The Platform

Russian President Vladimir Putin.

The West has imposed severe economic sanctions against Russia, targeting banks, oil refineries, and military exports as well as Russia’s financial, energy and transportation sectors.

What are the repercussions of these economic sanctions on individual human rights? What should we learn from the ongoing Russia-Ukraine crisis about imposing sanctions in a way that does not violate individual human rights?

The Vienna Declaration and Programme of Action calls upon states to refrain from any unilateral measures not following international law that impede the full realization of human rights outlined in the Universal Declaration of Human Rights and international human rights instruments.

Unilateral coercive measures like economic sanctions are intended to cause economic and political hardship for targeted states, therefore they make no real distinction between states and the civilian population residing in targeted states who bear the brunt of such severe socio-economic hardship, including access to food and healthcare services.

In this light, the Russian invasion of Ukraine has created distinct problems in emerging economies. Coal prices in the world are at an all-time high due to the energy crisis in Europe caused by Russia’s unprovoked invasion of Ukraine.

At higher prices, poorer countries are facing difficulties buying coal. Similarly, rising oil prices are impacting the cost of basic necessities, throwing the lives of poor people into distress.

Nations must adopt an alternative approach to punish a country’s leadership but not the people. Due to globalization, any steps taken against any nation affect the entire world and developing nations in particular. While punishing any state, the first sanctions must be imposed against its leadership. The most effective sanctions include travel embargos, passport disqualifications, or confiscating the private property of oligarchs.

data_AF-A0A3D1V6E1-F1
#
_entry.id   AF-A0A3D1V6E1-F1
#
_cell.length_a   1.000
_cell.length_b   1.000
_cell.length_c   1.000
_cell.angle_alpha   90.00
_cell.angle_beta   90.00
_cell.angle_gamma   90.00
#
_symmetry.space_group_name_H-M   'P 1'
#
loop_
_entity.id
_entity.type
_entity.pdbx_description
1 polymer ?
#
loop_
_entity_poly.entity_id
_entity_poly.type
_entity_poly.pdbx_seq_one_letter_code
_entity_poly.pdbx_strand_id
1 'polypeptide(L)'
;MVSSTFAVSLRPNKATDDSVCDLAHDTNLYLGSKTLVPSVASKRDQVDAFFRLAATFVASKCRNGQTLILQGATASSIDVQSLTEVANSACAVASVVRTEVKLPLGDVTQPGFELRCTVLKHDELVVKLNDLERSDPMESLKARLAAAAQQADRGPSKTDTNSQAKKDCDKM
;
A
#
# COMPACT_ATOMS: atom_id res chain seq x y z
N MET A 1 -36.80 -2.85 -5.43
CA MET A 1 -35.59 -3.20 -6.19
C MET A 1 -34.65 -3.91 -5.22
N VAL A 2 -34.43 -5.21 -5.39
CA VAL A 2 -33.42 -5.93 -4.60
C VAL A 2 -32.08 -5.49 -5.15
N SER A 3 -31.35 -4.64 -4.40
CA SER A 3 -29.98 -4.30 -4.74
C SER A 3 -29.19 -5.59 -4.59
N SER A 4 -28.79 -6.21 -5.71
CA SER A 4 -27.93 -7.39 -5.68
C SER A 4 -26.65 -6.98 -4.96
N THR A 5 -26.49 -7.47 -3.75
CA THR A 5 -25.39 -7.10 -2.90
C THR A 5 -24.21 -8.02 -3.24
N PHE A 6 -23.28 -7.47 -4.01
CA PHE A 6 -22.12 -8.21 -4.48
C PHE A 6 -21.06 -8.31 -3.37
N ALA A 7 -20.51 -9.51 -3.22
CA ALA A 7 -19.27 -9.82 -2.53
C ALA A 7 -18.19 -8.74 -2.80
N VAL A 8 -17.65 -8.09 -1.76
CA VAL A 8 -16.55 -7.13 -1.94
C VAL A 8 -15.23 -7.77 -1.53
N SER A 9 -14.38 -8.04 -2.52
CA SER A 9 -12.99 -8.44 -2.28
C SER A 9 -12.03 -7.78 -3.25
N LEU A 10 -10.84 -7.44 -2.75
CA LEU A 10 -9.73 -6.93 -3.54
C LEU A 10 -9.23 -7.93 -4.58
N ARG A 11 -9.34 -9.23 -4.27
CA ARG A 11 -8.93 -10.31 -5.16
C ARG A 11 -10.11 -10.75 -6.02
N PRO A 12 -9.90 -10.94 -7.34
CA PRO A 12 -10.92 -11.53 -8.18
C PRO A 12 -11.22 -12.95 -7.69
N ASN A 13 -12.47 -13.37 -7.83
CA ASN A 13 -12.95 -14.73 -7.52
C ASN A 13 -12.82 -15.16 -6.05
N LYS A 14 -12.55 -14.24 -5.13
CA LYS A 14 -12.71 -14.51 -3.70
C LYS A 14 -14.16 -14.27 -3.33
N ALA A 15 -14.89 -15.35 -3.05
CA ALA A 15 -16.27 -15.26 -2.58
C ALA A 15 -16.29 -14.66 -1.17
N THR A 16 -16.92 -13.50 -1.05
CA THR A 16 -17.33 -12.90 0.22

This is what happened following Russia’s annexation of Crimea in 2014, where the EU and the U.S. froze assets and imposed travel bans on Russian officials and banks. A more effective approach to deter Russia and encourage it to end its war in Ukraine would be to remove Russia from the UN Security Council, including possibly revoking its membership in the United Nations, further targeting Vladimir Putin and his cronies, and ensuring that the Russian state is unable to buy materials to reconstitute any equipment that is has lost fighting in Ukraine.

Economic sanctions will have proved futile if Russia continues with its war while at the same time driving millions of Russians into poverty.

Abhinav Mehrotra is Assistant Professor at O.P. Jindal Global University and holds an LL.M. in International Human Rights Law from the University of Leeds. His research interests include International law, Human rights law, UN studies, Refugee law, Child Rights, and Transitional Justice.

Dr. Biswanath Gupta is an Associate Professor of Law at OP Jindal Global University.